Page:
Matthew 1: 18-24
A mother tells the story of her five-year-old daughter and three-year-old son watching the Christmas story on TV. As she was preparing dinner she heard her littlest one ask his older sister, “What is a virgin?” The mother said, “As my mind raced to come up with an answer, her 5 yr, old daughter answered it, ‘It’s a lady who eats all her vegetables.”
One afternoon after hearing the Divine Praises at benediction, a family were leaving church and their little 3rd grade son asked his parents, “What’s a most chased spouse?” The mother replied: “A chaste spouse is someone’s husband or wife who is good and pure and holy. Why do you ask?” “Our prayers in church called St. Joseph Mary’s most chaste spouse,” he said. Mom asked, “What do you thing it means?” A little embarrassed the boy answered, “Well, I thought it meant that all the girls chased after him, but Mary got him in the end.”
There are two places in the New Testament that describe the birth of Jesus. One is in the Gospel of Matthew and one is in the Gospel of Luke. It is Luke’s version that we know the best and that we will hear on Christmas day. Luke is quite a storyteller. He describes the journey to Bethlehem, the birth in a manager, the appearance to the shepherds, and the angel’s song of Glory to God in the Highest.
Matthew’s description of Jesus’ birth is very different. We almost heard it this morning in the gospel. But because we are still in Advent, the Lectionary stopped just before it, in order to save the proclamation of the incarnation for Christmas. Today’s gospel describes Mary’s unusual pregnancy and Joseph’s doubt about whether he should take Mary into his home. Joseph would have felt when he discovered that Mary was with child; Shock, devastation, betrayal. He knew he was not the father.
Now in time, Joseph learned that Mary had not been unfaithful, that his life was not ruined, and that his marriage could proceed, although on terms he had never imagined. This doubt is resolved when an angel appears to him in a dream and assures him that everything is all according to God’s plan in time. But in that first moment when Joseph found out that Mary was with child, he certainly presumed that all was lost, that God was absent and unconcerned.
The experience of Joseph tells us that God is working in ways which are not immediately clear. God has a plan which is unfolding, but that unfolding takes time. Therefore some of the things which seem like complete disasters can, in time, lead to goodness and life. When Joseph heard that Mary was pregnant, he was convinced that his life was ruined. But it was, in fact, the first step in the salvation of the world.
In light of this story of Joseph, we must be slow to judge when evil attacks us. Although God is always at work, it takes time to perceive what God is doing. Now this stance of faith in no way denies the reality and power of evil in our world. Sickness, tragedy, violence, and death are real. They do attack us and hurt us. But even as they press in against us, the person of faith continues to believe that God is in charge. God is active, and yet what God is doing is not completely clear. We cannot yet predict the exact way in which God is going to bring goodness in our lives.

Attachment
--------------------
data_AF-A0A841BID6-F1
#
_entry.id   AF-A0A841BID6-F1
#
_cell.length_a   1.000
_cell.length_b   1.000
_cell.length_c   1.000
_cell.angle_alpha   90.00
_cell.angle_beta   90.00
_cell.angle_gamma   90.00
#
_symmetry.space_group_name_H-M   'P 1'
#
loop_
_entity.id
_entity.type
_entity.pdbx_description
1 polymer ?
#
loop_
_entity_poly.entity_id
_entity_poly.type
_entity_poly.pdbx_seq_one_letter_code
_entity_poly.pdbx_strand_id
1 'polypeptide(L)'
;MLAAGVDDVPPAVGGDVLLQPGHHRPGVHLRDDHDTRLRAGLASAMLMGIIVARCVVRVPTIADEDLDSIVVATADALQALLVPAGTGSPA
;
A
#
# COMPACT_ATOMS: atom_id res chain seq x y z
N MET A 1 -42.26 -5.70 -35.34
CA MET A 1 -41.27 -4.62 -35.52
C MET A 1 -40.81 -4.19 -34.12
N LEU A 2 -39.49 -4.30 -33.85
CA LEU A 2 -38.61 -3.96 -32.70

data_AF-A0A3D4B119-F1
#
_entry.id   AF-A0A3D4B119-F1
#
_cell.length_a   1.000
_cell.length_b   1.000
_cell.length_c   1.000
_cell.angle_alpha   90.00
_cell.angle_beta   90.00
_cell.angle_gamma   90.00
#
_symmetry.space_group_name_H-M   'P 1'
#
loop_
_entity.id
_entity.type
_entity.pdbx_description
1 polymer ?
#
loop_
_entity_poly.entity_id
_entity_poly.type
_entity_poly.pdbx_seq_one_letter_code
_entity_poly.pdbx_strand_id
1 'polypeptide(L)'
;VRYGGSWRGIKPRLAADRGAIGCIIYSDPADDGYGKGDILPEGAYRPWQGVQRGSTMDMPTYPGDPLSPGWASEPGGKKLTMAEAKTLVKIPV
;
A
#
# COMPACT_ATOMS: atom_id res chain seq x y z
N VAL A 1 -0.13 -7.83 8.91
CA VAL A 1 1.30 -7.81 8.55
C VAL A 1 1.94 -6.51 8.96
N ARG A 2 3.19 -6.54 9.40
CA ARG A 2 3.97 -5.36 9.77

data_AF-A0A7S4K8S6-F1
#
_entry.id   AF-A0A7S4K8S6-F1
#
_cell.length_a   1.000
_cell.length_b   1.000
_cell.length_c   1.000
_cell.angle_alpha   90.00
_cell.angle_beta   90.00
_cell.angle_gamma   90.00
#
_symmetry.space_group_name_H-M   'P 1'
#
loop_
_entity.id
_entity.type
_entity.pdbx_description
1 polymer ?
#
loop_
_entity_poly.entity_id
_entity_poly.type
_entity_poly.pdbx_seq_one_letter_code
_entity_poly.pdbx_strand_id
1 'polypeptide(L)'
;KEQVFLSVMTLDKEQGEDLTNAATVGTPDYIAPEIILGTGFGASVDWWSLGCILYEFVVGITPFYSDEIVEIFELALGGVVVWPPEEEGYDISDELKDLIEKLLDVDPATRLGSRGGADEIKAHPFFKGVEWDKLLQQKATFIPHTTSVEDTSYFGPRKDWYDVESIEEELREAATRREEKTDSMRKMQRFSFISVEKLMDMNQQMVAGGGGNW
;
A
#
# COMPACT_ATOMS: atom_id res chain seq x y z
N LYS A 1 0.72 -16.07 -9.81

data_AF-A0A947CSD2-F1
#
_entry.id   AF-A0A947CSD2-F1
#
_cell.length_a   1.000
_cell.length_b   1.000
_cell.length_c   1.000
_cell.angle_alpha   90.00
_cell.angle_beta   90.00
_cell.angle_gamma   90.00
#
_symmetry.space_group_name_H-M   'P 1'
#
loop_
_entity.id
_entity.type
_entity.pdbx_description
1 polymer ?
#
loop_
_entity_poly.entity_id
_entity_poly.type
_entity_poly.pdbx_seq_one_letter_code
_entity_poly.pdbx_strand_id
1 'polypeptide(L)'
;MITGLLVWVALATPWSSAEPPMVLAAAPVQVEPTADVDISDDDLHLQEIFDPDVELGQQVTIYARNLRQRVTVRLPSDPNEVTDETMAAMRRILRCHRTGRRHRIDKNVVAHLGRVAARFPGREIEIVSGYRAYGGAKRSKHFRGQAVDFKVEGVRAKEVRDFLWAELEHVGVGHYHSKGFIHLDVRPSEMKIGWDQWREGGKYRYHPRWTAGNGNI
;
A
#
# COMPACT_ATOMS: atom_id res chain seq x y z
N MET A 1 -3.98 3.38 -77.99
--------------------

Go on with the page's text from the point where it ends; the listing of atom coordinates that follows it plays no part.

Therefore when we receive bad news in our family, in school, at our job, it is appropriate to be in shock and to cope. But at the same time, the person of faith believes that those disasters will not derail God’s plan of life for us. When we make foolish choices or disastrous mistakes, we have to admit our failure and live with the consequences of our decisions. But even as we do so, we continue to believe that God is with us, guiding us to learn from our mistakes and to avoid them in the future. When someone we love is attacked by sickness or death, we are rightfully shocked and discouraged. But we continue to believe that God will provide opportunities for love, for reconciliation, and for growth.
Those of us who know the story of Joseph know how radically things can change as time passes and God’s plan becomes clear. Evil, sickness and death will always be a part of our lives. But the Christian knows how to face them. Even as they press in against us, we face the future with hope because we believe that the present moment is only a part of the plan that God has in store for us. Although the present moment is a disaster, it can lead to goodness and life. When the present situation is a total loss, it is still somehow a part of our salvation.